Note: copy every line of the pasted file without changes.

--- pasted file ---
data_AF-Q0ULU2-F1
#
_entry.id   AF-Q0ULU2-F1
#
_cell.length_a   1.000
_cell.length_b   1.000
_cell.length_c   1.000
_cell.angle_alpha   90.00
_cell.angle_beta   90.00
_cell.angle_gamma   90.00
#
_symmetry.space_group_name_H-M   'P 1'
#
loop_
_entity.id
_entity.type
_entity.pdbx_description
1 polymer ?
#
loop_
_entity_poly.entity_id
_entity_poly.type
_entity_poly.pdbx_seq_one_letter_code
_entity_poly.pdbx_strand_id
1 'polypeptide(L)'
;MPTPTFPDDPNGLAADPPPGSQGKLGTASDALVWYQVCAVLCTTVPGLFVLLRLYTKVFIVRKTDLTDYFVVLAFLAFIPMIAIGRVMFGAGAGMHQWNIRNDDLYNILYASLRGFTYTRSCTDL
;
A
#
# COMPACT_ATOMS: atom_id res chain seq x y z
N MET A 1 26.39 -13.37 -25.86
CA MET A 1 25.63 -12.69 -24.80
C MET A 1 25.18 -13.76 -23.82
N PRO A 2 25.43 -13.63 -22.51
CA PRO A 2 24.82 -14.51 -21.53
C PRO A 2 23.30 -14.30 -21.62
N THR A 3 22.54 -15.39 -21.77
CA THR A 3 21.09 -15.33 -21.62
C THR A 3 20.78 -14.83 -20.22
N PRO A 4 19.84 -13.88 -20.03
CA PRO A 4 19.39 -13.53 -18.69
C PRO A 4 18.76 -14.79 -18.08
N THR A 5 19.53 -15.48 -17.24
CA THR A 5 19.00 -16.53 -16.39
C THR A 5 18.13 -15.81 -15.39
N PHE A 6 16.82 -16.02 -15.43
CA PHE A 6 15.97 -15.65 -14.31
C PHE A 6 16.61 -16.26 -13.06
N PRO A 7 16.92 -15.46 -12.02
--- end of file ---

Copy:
data_AF-Q0ULU2-F1
#
_entry.id   AF-Q0ULU2-F1
#
_cell.length_a   1.000
_cell.length_b   1.000
_cell.length_c   1.000
_cell.angle_alpha   90.00
_cell.angle_beta   90.00
_cell.angle_gamma   90.00
#
_symmetry.space_group_name_H-M   'P 1'
#
loop_
_entity.id
_entity.type
_entity.pdbx_description
1 polymer ?
#
loop_
_entity_poly.entity_id
_entity_poly.type
_entity_poly.pdbx_seq_one_letter_code
_entity_poly.pdbx_strand_id
1 'polypeptide(L)'
;MPTPTFPDDPNGLAADPPPGSQGKLGTASDALVWYQVCAVLCTTVPGLFVLLRLYTKVFIVRKTDLTDYFVVLAFLAFIPMIAIGRVMFGAGAGMHQWNIRNDDLYNILYASLRGFTYTRSCTDL
;
A
#
# COMPACT_ATOMS: atom_id res chain seq x y z
N MET A 1 26.39 -13.37 -25.86
CA MET A 1 25.63 -12.69 -24.80
C MET A 1 25.18 -13.76 -23.82
N PRO A 2 25.43 -13.63 -22.51
CA PRO A 2 24.82 -14.51 -21.53
C PRO A 2 23.30 -14.30 -21.62
N THR A 3 22.54 -15.39 -21.77
CA THR A 3 21.09 -15.33 -21.62
C THR A 3 20.78 -14.83 -20.22
N PRO A 4 19.84 -13.88 -20.03
CA PRO A 4 19.39 -13.53 -18.69
C PRO A 4 18.76 -14.79 -18.08
N THR A 5 19.53 -15.48 -17.24
CA THR A 5 19.00 -16.53 -16.39
C THR A 5 18.13 -15.81 -15.39
N PHE A 6 16.82 -16.02 -15.43
CA PHE A 6 15.97 -15.65 -14.31
C PHE A 6 16.61 -16.26 -13.06
N PRO A 7 16.92 -15.46 -12.02